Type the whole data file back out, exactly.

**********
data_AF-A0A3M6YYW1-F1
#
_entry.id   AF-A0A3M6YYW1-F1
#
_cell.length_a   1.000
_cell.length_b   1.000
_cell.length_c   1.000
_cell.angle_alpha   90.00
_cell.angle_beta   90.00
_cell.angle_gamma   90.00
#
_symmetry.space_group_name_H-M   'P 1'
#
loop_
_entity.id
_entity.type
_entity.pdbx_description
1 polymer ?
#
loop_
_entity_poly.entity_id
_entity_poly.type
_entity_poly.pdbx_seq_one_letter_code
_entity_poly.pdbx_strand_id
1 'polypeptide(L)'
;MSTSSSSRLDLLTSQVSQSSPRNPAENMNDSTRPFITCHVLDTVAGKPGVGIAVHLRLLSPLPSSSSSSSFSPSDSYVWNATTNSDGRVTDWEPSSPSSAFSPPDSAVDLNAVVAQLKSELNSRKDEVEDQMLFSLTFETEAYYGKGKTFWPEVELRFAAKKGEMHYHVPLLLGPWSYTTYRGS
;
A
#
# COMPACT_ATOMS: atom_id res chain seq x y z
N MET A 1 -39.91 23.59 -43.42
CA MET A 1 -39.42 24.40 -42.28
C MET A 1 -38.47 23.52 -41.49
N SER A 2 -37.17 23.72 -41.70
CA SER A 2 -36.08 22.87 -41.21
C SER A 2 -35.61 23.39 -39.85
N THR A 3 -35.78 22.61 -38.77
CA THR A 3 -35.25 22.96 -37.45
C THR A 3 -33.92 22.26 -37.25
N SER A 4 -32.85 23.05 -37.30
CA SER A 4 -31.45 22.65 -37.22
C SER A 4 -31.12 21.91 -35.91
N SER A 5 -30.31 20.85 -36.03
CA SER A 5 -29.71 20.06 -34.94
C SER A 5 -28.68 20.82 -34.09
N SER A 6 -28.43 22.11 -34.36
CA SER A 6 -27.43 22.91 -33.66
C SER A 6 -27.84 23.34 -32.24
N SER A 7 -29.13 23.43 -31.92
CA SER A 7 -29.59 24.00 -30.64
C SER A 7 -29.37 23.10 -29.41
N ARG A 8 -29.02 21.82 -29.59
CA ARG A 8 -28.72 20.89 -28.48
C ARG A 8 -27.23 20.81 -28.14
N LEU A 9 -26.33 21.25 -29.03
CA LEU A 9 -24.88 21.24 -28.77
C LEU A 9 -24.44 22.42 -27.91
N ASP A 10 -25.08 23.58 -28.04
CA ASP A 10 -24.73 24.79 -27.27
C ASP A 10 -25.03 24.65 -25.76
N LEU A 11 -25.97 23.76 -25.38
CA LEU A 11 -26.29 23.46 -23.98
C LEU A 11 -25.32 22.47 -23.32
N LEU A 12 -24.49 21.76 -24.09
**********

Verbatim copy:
data_AF-A0A3M6YYW1-F1
#
_entry.id   AF-A0A3M6YYW1-F1
#
_cell.length_a   1.000
_cell.length_b   1.000
_cell.length_c   1.000
_cell.angle_alpha   90.00
_cell.angle_beta   90.00
_cell.angle_gamma   90.00
#
_symmetry.space_group_name_H-M   'P 1'
#
loop_
_entity.id
_entity.type
_entity.pdbx_description
1 polymer ?
#
loop_
_entity_poly.entity_id
_entity_poly.type
_entity_poly.pdbx_seq_one_letter_code
_entity_poly.pdbx_strand_id
1 'polypeptide(L)'
;MSTSSSSRLDLLTSQVSQSSPRNPAENMNDSTRPFITCHVLDTVAGKPGVGIAVHLRLLSPLPSSSSSSSFSPSDSYVWNATTNSDGRVTDWEPSSPSSAFSPPDSAVDLNAVVAQLKSELNSRKDEVEDQMLFSLTFETEAYYGKGKTFWPEVELRFAAKKGEMHYHVPLLLGPWSYTTYRGS
;
A
#
# COMPACT_ATOMS: atom_id res chain seq x y z
N MET A 1 -39.91 23.59 -43.42
CA MET A 1 -39.42 24.40 -42.28
C MET A 1 -38.47 23.52 -41.49
N SER A 2 -37.17 23.72 -41.70
CA SER A 2 -36.08 22.87 -41.21
C SER A 2 -35.61 23.39 -39.85
N THR A 3 -35.78 22.61 -38.77
CA THR A 3 -35.25 22.96 -37.45
C THR A 3 -33.92 22.26 -37.25
N SER A 4 -32.85 23.05 -37.30
CA SER A 4 -31.45 22.65 -37.22
C SER A 4 -31.12 21.91 -35.91
N SER A 5 -30.31 20.85 -36.03
CA SER A 5 -29.71 20.06 -34.94
C SER A 5 -28.68 20.82 -34.09
N SER A 6 -28.43 22.11 -34.36
CA SER A 6 -27.43 22.91 -33.66
C SER A 6 -27.84 23.34 -32.24
N SER A 7 -29.13 23.43 -31.92
CA SER A 7 -29.59 24.00 -30.64
C SER A 7 -29.37 23.10 -29.41
N ARG A 8 -29.02 21.82 -29.59
CA ARG A 8 -28.72 20.89 -28.48
C ARG A 8 -27.23 20.81 -28.14
N LEU A 9 -26.33 21.25 -29.03
CA LEU A 9 -24.88 21.24 -28.77
C LEU A 9 -24.44 22.42 -27.91
N ASP A 10 -25.08 23.58 -28.04
CA ASP A 10 -24.73 24.79 -27.27
C ASP A 10 -25.03 24.65 -25.76
N LEU A 11 -25.97 23.76 -25.38
CA LEU A 11 -26.29 23.46 -23.98
C LEU A 11 -25.32 22.47 -23.32
N LEU A 12 -24.49 21.76 -24.09